Scottish film and TV has emerged from the doldrums into a new boom era – Brian Ferguson

As the great and the good of Scottish film and television gathered at the Balmoral Hotel in Edinburgh three years ago this week, a rare mood of celebration was in the air.
Suranne Jones leads the cast of new BBC drama Vigil (Picture: Nicky Hamilton)Suranne Jones leads the cast of new BBC drama Vigil (Picture: Nicky Hamilton)
Suranne Jones leads the cast of new BBC drama Vigil (Picture: Nicky Hamilton)

After protracted lobbying, wrangling, bickering and haranguing of the Scottish government, a bitterly disputed decision to ditch having a dedicated screen agency was finally reversed.

As Screen Scotland was officially launched, new figures revealed the value of the industry had soared to £95 million – a four-fold increase in a decade.

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The wait for a successor to Scottish Screen had been long and painful. Although its merger with the Scottish Arts Council officially took effect in 2010, its fate was sealed four years earlier.

Industry leaders looked on enviously as their counterparts in Wales and Northern Ireland capitalised on studio facilities deployed for Doctor Who and Game of Thrones.

A number of high-profile films masked the industry’s doldrums, thanks to the presence of stars like Scarlett Johansson and Nicole Kidman in Scotland for the filming of Under the Skin and The Railway Man.

The real source of frustrations was a shortage of studio facilities and a lack of funding to help get home-grown productions off the ground.

The creation of a studio in Cumbernauld for the time-travel fantasy series Outlander in 2013 proved something of a double-edged sword.

Mirren Mack and Amy Manson star in the new BBC comedy Ladybaby (Picture: BBC)Mirren Mack and Amy Manson star in the new BBC comedy Ladybaby (Picture: BBC)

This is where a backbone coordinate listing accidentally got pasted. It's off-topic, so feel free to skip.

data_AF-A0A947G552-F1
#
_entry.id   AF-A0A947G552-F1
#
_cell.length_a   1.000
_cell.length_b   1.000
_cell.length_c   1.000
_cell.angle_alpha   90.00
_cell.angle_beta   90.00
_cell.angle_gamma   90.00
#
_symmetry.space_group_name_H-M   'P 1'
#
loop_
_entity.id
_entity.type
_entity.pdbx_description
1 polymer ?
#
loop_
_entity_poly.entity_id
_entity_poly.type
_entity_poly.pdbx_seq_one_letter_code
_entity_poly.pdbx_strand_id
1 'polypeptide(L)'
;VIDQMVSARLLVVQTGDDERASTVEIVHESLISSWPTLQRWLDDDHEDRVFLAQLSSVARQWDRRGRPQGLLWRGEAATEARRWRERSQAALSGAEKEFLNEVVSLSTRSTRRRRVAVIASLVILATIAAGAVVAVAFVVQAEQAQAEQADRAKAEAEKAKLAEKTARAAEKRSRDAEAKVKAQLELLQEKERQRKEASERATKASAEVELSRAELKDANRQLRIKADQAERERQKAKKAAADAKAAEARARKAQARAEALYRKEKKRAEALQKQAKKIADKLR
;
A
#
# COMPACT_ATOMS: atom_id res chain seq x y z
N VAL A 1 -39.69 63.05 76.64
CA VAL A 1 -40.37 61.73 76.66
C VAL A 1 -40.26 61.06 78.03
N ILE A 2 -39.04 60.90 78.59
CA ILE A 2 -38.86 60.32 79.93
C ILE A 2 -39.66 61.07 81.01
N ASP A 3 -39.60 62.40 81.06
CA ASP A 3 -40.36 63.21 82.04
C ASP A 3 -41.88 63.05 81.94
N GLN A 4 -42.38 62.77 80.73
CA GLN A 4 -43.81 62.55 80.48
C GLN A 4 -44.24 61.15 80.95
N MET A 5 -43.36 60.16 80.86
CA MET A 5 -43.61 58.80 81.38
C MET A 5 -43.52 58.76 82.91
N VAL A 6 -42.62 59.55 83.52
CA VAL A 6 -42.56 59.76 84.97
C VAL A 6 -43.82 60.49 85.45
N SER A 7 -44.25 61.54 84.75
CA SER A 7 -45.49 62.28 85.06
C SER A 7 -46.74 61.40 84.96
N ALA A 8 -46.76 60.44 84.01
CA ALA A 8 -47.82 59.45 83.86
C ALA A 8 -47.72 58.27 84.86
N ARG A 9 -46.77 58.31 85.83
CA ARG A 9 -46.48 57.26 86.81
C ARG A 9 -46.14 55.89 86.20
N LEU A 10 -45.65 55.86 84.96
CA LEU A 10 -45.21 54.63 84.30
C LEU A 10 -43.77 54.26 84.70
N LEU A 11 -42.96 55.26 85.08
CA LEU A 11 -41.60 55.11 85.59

Mirren Mack and Amy Manson star in the new BBC comedy Ladybaby (Picture: BBC)

It undoubtedly brought renewed international attention on Scotland as a filming location, but with Outlander still being made it is unavailable for any other productions.

When Screen Scotland finally launched, with a ringfenced budget of £20 million, a key aim was to create new studio facilities.

Back in 2018, there was real momentum after the filming of Avengers: Infinity War, Outlaw King, Wild Rose, Mary Queen of Scots, The Cry and The Victim in Scotland.

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Then came news of another major production – Michael Caton-Jones’ adaptation of Alan Warner’s novel The Sopranos.

As Our Ladies finally arrives in cinemas following delays enforced by the pandemic, the Scottish industry is in the throes of something of a new boom period, after productions of all sizes were allowed to resume filming last summer.

The Edinburgh International Film Festival has seen launches for the feature The Road Dance and documentary Prince of Muck, while Gillies MacKinnon’s The Last Bus and Mark Cousins’ The Story of Looking are about to be released.

While other films like Steve Coogan’s The Lost King and James McAvoy’s My Son are still to come, TV and streaming services have become the industry’s new backbone.

Three new series made under lockdown restrictions are launching this week – maritime murder mystery Annika, Trident thriller Vigil and coming-of-age drama Float – while the BBC has just launched a pilot for Edinburgh-set comedy Ladybaby.

Others expected soon include a second series of black comedy Guilt, The Rig, a supernatural thriller made in the vast new studio complex in Leith, and Channel 4’s prison drama Screw, the first production made at the new studio at Glasgow’s Kelvin Hall.

When you add the forthcoming filming of two new Nail Gaiman series – Good Omens and Anansi Boys – in Scotland, plus the tantalising prospect of Lord of the Rings shooting north of the border, it is no wonder it has become hard to keep up with everything goes on. Long may it continue.

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